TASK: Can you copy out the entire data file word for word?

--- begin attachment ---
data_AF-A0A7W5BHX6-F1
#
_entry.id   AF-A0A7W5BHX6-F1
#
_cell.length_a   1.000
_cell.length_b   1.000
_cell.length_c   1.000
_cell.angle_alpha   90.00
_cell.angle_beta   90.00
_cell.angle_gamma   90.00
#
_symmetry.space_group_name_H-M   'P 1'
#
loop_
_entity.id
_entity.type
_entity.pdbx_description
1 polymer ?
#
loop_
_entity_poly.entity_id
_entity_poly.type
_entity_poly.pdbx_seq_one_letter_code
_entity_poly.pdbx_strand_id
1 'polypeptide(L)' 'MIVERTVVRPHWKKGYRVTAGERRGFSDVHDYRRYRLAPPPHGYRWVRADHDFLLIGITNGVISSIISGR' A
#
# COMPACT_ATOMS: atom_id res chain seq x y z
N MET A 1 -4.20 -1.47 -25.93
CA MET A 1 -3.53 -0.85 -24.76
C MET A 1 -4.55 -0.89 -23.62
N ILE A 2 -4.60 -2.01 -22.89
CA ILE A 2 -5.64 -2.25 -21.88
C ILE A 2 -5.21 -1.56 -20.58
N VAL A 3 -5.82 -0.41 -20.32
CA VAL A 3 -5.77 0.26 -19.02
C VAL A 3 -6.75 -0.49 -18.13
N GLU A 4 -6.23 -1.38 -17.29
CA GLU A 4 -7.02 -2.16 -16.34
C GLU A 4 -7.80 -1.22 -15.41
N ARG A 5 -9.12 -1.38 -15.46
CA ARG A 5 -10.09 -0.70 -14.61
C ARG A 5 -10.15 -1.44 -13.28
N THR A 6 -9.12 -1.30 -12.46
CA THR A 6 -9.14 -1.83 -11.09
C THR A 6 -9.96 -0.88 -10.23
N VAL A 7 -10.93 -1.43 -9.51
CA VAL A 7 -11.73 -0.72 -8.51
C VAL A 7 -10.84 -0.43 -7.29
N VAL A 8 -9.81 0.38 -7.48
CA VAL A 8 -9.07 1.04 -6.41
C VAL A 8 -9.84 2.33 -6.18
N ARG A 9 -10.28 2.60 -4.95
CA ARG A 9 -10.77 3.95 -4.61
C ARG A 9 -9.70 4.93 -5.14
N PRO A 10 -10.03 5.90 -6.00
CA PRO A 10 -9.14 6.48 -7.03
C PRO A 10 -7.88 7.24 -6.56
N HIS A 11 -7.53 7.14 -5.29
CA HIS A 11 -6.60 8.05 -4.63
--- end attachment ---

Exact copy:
data_AF-A0A7W5BHX6-F1
#
_entry.id   AF-A0A7W5BHX6-F1
#
_cell.length_a   1.000
_cell.length_b   1.000
_cell.length_c   1.000
_cell.angle_alpha   90.00
_cell.angle_beta   90.00
_cell.angle_gamma   90.00
#
_symmetry.space_group_name_H-M   'P 1'
#
loop_
_entity.id
_entity.type
_entity.pdbx_description
1 polymer ?
#
loop_
_entity_poly.entity_id
_entity_poly.type
_entity_poly.pdbx_seq_one_letter_code
_entity_poly.pdbx_strand_id
1 'polypeptide(L)' 'MIVERTVVRPHWKKGYRVTAGERRGFSDVHDYRRYRLAPPPHGYRWVRADHDFLLIGITNGVISSIISGR' A
#
# COMPACT_ATOMS: atom_id res chain seq x y z
N MET A 1 -4.20 -1.47 -25.93
CA MET A 1 -3.53 -0.85 -24.76
C MET A 1 -4.55 -0.89 -23.62
N ILE A 2 -4.60 -2.01 -22.89
CA ILE A 2 -5.64 -2.25 -21.88
C ILE A 2 -5.21 -1.56 -20.58
N VAL A 3 -5.82 -0.41 -20.32
CA VAL A 3 -5.77 0.26 -19.02
C VAL A 3 -6.75 -0.49 -18.13
N GLU A 4 -6.23 -1.38 -17.29
CA GLU A 4 -7.02 -2.16 -16.34
C GLU A 4 -7.80 -1.22 -15.41
N ARG A 5 -9.12 -1.38 -15.46
CA ARG A 5 -10.09 -0.70 -14.61
C ARG A 5 -10.15 -1.44 -13.28
N THR A 6 -9.12 -1.30 -12.46
CA THR A 6 -9.14 -1.83 -11.09
C THR A 6 -9.96 -0.88 -10.23
N VAL A 7 -10.93 -1.43 -9.51
CA VAL A 7 -11.73 -0.72 -8.51
C VAL A 7 -10.84 -0.43 -7.29
N VAL A 8 -9.81 0.38 -7.48
CA VAL A 8 -9.07 1.04 -6.41
C VAL A 8 -9.84 2.33 -6.18
N ARG A 9 -10.28 2.60 -4.95
CA ARG A 9 -10.77 3.95 -4.61
C ARG A 9 -9.70 4.93 -5.14
N PRO A 10 -10.03 5.90 -6.00
CA PRO A 10 -9.14 6.48 -7.03
C PRO A 10 -7.88 7.24 -6.56
N HIS A 11 -7.53 7.14 -5.29
CA HIS A 11 -6.60 8.05 -4.63